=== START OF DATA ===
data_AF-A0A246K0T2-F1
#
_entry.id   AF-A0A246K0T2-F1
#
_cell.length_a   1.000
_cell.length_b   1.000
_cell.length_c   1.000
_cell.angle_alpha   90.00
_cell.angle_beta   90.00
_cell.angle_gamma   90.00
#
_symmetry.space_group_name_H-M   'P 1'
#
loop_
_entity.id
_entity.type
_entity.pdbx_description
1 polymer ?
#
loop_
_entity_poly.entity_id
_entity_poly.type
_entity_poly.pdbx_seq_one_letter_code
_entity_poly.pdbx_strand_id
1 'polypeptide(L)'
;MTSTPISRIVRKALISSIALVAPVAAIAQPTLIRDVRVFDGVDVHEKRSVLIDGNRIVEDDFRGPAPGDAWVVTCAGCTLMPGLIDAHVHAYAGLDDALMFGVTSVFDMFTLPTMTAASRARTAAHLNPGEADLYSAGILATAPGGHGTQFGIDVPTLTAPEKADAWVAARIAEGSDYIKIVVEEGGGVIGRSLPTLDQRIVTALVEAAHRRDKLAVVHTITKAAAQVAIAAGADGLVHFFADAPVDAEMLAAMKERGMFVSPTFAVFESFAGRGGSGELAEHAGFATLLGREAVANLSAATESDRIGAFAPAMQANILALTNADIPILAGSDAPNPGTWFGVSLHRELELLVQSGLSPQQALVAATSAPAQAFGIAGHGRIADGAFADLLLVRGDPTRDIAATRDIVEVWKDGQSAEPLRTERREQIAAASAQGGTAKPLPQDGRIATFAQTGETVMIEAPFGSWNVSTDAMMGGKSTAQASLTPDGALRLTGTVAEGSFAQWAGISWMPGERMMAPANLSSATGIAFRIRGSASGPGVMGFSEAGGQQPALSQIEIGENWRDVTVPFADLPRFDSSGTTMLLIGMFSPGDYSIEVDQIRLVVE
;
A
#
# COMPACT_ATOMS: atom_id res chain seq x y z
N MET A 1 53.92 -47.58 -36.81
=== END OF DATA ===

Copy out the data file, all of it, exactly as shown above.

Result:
data_AF-A0A246K0T2-F1
#
_entry.id   AF-A0A246K0T2-F1
#
_cell.length_a   1.000
_cell.length_b   1.000
_cell.length_c   1.000
_cell.angle_alpha   90.00
_cell.angle_beta   90.00
_cell.angle_gamma   90.00
#
_symmetry.space_group_name_H-M   'P 1'
#
loop_
_entity.id
_entity.type
_entity.pdbx_description
1 polymer ?
#
loop_
_entity_poly.entity_id
_entity_poly.type
_entity_poly.pdbx_seq_one_letter_code
_entity_poly.pdbx_strand_id
1 'polypeptide(L)'
;MTSTPISRIVRKALISSIALVAPVAAIAQPTLIRDVRVFDGVDVHEKRSVLIDGNRIVEDDFRGPAPGDAWVVTCAGCTLMPGLIDAHVHAYAGLDDALMFGVTSVFDMFTLPTMTAASRARTAAHLNPGEADLYSAGILATAPGGHGTQFGIDVPTLTAPEKADAWVAARIAEGSDYIKIVVEEGGGVIGRSLPTLDQRIVTALVEAAHRRDKLAVVHTITKAAAQVAIAAGADGLVHFFADAPVDAEMLAAMKERGMFVSPTFAVFESFAGRGGSGELAEHAGFATLLGREAVANLSAATESDRIGAFAPAMQANILALTNADIPILAGSDAPNPGTWFGVSLHRELELLVQSGLSPQQALVAATSAPAQAFGIAGHGRIADGAFADLLLVRGDPTRDIAATRDIVEVWKDGQSAEPLRTERREQIAAASAQGGTAKPLPQDGRIATFAQTGETVMIEAPFGSWNVSTDAMMGGKSTAQASLTPDGALRLTGTVAEGSFAQWAGISWMPGERMMAPANLSSATGIAFRIRGSASGPGVMGFSEAGGQQPALSQIEIGENWRDVTVPFADLPRFDSSGTTMLLIGMFSPGDYSIEVDQIRLVVE
;
A
#
# COMPACT_ATOMS: atom_id res chain seq x y z
N MET A 1 53.92 -47.58 -36.81